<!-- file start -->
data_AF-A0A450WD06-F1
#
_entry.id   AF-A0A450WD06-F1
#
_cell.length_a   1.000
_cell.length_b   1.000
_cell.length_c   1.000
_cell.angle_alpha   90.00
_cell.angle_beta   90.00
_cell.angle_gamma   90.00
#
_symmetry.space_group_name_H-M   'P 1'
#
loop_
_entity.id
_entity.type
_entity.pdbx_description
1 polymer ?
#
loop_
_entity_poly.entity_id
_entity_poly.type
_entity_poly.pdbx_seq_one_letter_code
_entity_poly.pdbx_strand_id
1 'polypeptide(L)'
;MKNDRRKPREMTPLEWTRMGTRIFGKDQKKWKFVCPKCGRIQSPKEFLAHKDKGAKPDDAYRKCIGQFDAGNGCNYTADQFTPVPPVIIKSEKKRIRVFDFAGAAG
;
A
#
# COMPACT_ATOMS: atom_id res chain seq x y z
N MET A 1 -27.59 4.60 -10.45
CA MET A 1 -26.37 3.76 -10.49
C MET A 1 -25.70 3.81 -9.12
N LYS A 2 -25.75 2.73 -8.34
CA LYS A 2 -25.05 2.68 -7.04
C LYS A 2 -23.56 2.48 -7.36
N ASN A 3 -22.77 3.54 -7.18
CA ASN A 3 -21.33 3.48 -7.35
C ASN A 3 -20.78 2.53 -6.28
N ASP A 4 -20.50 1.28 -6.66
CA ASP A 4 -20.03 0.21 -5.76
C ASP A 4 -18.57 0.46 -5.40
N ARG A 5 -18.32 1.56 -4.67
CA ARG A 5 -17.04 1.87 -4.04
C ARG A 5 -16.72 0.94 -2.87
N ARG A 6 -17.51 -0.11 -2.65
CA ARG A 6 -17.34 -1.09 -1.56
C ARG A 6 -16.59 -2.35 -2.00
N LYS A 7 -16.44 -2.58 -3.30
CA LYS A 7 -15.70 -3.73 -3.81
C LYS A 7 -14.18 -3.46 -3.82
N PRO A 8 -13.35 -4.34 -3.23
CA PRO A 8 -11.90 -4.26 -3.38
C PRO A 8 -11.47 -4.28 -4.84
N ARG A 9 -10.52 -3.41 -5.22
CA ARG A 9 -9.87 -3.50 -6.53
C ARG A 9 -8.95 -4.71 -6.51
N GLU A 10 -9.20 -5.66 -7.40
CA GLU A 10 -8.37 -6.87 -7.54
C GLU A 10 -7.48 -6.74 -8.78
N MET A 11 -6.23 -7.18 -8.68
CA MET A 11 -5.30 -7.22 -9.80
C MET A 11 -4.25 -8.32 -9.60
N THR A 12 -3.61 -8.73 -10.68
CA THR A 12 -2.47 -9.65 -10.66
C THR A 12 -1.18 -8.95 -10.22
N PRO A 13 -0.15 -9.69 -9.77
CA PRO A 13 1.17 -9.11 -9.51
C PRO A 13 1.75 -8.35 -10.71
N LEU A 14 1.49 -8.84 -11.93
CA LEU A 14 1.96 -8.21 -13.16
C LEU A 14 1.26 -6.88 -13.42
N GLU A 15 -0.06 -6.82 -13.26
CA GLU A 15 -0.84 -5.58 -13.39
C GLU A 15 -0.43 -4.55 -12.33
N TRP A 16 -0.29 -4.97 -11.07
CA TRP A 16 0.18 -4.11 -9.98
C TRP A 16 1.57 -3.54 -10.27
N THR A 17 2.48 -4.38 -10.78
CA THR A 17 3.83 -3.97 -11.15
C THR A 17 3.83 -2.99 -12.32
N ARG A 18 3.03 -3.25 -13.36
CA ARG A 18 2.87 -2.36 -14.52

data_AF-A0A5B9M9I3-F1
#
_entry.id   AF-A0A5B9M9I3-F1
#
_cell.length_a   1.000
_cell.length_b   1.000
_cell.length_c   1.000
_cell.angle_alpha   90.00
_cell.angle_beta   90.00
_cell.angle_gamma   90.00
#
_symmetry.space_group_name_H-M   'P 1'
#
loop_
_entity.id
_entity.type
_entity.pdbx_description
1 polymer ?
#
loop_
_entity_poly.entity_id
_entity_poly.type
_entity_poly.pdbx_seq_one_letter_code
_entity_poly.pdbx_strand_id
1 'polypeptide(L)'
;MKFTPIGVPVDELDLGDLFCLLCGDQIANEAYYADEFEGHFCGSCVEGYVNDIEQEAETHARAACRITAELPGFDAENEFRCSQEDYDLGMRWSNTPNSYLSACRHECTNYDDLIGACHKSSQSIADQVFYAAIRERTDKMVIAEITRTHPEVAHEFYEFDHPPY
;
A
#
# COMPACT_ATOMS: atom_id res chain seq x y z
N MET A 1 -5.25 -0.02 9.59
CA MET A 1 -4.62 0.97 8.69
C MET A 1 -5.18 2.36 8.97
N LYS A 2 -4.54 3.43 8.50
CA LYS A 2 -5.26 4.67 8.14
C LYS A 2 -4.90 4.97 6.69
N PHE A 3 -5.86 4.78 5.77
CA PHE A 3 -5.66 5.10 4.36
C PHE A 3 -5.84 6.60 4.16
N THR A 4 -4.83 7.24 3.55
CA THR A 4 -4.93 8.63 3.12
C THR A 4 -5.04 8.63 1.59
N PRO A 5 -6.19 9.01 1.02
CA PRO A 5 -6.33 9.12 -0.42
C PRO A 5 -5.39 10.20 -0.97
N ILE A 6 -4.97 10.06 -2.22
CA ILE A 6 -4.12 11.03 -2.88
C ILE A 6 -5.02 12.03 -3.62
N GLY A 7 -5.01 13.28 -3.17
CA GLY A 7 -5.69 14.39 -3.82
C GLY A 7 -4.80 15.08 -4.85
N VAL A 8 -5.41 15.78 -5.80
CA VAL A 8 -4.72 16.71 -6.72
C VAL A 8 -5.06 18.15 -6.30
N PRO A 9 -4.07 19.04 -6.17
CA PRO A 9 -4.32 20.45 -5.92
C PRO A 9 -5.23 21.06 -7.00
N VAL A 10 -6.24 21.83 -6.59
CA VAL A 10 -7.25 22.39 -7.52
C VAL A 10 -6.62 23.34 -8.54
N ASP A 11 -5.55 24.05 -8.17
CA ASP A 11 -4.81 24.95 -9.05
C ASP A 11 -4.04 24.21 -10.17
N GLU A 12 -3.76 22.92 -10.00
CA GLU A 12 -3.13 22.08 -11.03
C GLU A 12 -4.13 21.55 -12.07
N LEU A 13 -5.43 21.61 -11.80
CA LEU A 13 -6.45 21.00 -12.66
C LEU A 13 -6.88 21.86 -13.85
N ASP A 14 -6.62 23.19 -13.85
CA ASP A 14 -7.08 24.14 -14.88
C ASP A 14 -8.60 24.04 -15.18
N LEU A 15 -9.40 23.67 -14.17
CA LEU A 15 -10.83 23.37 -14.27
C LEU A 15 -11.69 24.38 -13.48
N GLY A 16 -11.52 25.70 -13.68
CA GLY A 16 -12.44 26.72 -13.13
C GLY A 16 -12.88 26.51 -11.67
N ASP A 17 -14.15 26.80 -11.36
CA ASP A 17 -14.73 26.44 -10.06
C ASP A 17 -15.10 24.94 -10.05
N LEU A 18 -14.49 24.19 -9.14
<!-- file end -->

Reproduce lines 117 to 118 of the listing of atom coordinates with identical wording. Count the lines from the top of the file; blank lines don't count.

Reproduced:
N LYS A 2 -4.54 3.43 8.50
CA LYS A 2 -5.26 4.67 8.14